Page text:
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Thermoregulatory dysfunction in Parkinson’s disease 

Thermoregulatory dysfunction in Parkinson’s disease
Chapter:
Thermoregulatory dysfunction in Parkinson’s disease
Source:
Non-motor Symptoms of Parkinson's Disease (2 ed.)
Author(s):

Giovanni Mostile

and Joseph Jankovic

DOI:
10.1093/med/9780199684243.003.0030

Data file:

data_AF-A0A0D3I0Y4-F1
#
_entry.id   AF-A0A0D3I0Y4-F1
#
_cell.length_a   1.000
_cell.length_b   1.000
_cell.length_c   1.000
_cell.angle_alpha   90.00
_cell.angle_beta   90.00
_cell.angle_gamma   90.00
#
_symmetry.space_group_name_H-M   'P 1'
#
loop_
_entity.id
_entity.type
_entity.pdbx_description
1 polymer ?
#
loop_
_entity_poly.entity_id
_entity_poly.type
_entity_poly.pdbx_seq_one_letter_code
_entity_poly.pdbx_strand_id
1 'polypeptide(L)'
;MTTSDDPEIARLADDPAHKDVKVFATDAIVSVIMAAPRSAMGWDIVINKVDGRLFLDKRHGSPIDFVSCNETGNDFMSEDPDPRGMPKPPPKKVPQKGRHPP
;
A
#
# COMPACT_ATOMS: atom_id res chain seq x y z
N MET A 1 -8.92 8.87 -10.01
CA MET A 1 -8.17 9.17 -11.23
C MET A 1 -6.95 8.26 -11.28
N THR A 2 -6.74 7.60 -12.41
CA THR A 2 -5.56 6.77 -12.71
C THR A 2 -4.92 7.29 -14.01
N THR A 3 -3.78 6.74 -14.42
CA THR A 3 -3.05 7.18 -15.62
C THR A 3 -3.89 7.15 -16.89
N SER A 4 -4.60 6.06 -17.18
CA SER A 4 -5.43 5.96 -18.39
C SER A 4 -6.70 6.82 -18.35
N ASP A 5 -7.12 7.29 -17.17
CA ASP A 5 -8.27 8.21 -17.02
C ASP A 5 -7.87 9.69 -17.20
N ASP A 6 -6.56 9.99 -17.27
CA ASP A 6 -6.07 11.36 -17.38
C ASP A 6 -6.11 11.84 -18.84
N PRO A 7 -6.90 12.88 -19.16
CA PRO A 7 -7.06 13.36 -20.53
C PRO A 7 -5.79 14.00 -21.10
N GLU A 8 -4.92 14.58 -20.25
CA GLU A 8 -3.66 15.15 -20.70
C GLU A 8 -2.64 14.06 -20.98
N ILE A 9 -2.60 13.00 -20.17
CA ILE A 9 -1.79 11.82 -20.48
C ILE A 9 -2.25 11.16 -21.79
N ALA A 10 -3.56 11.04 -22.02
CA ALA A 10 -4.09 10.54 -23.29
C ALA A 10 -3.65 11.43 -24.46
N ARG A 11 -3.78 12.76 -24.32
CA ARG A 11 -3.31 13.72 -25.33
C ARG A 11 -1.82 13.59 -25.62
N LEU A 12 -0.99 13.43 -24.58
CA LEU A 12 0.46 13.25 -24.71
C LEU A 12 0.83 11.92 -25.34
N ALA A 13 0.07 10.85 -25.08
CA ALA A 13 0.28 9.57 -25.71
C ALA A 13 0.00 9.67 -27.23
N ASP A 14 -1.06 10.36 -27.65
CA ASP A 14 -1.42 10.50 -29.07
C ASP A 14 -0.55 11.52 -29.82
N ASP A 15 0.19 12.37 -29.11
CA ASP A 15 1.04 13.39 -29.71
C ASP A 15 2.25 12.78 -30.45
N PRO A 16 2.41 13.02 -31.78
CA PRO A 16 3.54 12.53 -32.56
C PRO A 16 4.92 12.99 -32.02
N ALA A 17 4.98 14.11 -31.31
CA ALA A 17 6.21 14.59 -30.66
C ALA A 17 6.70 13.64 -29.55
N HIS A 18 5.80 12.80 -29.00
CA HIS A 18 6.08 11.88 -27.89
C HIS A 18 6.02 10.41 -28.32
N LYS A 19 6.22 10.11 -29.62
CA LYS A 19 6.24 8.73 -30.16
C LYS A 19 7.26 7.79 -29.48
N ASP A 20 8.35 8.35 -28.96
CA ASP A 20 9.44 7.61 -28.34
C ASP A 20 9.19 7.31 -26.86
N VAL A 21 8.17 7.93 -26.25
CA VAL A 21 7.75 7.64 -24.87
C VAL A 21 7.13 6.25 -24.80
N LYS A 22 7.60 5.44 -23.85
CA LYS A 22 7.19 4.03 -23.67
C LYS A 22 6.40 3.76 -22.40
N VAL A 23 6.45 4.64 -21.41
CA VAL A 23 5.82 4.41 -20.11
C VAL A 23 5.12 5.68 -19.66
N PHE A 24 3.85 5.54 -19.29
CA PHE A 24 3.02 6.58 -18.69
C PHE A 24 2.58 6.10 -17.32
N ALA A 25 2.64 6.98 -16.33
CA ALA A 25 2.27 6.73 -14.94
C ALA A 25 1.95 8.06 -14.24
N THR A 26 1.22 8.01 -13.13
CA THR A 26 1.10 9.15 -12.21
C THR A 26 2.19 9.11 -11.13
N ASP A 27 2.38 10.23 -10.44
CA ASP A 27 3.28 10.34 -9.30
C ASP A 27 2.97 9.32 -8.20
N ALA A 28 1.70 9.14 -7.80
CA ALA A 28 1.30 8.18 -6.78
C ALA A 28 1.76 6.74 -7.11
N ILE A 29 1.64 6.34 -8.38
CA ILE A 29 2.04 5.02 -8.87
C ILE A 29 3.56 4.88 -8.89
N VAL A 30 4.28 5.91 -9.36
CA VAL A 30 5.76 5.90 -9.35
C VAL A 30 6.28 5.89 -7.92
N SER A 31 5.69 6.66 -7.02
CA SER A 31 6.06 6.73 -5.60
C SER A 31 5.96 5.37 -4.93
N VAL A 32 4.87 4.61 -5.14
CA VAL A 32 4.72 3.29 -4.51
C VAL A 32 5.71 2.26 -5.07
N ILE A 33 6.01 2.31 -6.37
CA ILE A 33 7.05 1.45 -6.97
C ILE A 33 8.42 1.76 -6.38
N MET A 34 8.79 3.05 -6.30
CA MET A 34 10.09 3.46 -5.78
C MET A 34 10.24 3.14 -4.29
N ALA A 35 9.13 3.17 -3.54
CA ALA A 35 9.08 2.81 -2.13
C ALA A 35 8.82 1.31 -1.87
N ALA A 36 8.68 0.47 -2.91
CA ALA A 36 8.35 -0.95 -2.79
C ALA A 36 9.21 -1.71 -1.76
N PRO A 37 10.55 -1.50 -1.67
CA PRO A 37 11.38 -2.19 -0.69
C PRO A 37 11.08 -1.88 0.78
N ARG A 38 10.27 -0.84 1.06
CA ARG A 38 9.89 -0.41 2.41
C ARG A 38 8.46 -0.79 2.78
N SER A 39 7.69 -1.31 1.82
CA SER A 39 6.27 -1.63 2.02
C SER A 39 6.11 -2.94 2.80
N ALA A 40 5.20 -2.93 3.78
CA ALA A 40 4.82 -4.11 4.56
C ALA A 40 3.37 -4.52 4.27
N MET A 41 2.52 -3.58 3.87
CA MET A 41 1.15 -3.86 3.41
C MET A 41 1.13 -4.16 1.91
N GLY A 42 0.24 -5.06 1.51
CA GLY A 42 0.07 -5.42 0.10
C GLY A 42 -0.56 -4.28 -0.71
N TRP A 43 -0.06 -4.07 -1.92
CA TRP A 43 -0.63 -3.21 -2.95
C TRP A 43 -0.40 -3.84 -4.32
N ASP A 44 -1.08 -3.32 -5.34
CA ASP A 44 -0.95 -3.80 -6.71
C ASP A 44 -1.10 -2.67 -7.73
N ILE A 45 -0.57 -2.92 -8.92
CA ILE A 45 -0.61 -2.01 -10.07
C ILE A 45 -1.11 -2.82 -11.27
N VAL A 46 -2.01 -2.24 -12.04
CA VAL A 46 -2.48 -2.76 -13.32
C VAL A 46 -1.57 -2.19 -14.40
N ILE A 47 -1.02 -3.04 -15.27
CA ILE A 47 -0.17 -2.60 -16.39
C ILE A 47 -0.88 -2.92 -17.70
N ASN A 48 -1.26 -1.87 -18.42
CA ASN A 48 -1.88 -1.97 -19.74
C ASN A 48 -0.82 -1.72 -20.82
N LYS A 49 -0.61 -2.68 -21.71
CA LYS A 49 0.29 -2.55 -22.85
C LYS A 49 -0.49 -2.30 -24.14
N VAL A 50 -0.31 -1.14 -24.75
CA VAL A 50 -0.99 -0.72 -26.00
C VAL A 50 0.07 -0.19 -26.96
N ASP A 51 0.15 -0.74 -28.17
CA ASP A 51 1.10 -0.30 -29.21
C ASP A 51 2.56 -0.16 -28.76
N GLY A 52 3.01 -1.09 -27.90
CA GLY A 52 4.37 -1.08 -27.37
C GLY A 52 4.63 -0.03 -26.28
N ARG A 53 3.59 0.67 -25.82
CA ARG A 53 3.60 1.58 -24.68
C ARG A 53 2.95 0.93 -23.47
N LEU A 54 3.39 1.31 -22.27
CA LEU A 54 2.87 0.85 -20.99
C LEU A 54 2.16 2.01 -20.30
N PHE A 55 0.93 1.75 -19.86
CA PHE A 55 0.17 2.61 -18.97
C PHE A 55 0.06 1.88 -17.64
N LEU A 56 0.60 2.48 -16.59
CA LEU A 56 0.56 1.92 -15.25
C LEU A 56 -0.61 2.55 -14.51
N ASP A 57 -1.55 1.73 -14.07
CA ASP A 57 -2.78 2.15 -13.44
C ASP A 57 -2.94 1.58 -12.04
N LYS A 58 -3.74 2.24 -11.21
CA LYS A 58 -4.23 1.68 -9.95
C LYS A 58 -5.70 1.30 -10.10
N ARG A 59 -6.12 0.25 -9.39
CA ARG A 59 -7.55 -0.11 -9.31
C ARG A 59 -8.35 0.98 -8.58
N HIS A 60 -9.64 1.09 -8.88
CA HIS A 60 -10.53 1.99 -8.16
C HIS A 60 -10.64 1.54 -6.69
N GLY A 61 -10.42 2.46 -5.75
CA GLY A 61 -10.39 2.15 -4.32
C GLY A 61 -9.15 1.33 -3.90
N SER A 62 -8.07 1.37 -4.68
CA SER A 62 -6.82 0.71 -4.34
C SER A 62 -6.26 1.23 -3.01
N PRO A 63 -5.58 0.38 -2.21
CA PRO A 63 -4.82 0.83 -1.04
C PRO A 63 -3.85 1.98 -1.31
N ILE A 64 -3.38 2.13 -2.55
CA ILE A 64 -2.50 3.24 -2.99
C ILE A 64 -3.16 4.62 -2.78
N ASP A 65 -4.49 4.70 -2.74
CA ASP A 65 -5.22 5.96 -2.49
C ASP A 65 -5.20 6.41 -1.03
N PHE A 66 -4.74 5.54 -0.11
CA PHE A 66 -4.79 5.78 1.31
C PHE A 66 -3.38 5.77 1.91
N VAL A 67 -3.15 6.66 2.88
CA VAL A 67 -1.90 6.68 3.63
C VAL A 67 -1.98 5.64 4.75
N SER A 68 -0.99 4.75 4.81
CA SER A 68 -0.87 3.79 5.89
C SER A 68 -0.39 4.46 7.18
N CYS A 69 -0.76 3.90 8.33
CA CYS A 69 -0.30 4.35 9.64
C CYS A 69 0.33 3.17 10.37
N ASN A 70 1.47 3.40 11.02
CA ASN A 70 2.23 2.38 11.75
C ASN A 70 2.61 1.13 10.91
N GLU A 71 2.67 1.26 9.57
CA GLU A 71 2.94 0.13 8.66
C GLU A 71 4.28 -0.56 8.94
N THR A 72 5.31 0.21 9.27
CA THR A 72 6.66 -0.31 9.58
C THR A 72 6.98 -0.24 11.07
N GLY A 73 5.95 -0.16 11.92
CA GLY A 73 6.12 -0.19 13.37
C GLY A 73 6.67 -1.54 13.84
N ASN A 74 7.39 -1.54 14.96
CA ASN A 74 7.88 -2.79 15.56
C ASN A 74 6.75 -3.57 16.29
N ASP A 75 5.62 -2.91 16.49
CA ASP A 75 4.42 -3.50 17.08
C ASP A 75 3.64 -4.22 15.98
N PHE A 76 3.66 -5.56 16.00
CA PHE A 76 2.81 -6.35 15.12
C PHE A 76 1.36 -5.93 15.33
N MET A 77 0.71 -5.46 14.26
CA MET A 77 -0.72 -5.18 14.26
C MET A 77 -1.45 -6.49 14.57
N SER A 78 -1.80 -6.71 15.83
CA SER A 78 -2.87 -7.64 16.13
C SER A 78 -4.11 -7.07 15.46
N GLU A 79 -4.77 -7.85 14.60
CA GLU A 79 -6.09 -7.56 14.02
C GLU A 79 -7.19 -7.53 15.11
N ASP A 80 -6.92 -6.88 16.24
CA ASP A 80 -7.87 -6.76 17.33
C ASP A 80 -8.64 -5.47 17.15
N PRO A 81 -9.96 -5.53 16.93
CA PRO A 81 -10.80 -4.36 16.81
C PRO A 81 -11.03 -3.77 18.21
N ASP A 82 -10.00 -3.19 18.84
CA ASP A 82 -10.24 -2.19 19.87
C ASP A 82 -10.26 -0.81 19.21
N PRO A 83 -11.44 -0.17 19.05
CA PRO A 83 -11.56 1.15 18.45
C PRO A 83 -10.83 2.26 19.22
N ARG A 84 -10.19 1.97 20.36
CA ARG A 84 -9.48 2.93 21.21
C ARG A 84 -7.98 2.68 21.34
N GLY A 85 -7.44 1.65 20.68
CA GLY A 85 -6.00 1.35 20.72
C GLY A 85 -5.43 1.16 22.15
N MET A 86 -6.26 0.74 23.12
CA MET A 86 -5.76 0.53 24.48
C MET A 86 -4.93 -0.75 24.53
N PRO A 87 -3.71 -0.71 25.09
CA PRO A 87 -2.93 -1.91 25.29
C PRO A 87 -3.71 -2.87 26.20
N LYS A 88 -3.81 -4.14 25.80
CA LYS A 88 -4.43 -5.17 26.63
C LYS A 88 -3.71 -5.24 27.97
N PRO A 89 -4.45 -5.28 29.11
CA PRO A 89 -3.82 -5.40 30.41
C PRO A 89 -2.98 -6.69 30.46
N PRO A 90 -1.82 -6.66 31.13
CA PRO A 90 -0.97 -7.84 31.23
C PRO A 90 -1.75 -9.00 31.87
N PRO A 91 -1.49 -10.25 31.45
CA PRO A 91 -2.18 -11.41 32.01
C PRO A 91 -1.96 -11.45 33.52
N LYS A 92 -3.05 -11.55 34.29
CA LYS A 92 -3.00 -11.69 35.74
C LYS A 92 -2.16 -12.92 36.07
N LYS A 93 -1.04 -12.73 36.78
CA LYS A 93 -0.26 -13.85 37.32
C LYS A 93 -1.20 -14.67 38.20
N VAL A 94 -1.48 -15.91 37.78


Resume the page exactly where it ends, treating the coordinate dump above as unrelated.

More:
In humans, as in all mammals, the core body temperature is maintained within a narrow range by physiological homeostatic feedback mechanisms that are driven by the autonomic and endocrine systems. After the initial vasomotor tone adjustment, sweating and shivering responses are activated at different thresholds for the determination of heat loss (HL) and heat production (HP) in response to ambient temperature variations. Patients with Parkinson#amp;#x2019;s disease (PD) can be affected by dysregulation of body temperature, dysthermesthesia and dyshidrosis depending on differential involvement of the mechanisms regulating core temperature. Thermoregulatory dysfunction in PD gradually worsen with time as the disease progresses. Co-morbidities, such as dehydration with hypovolaemia and infection, should be screened in patients with PD to correctly identify and treat possible secondary causes.

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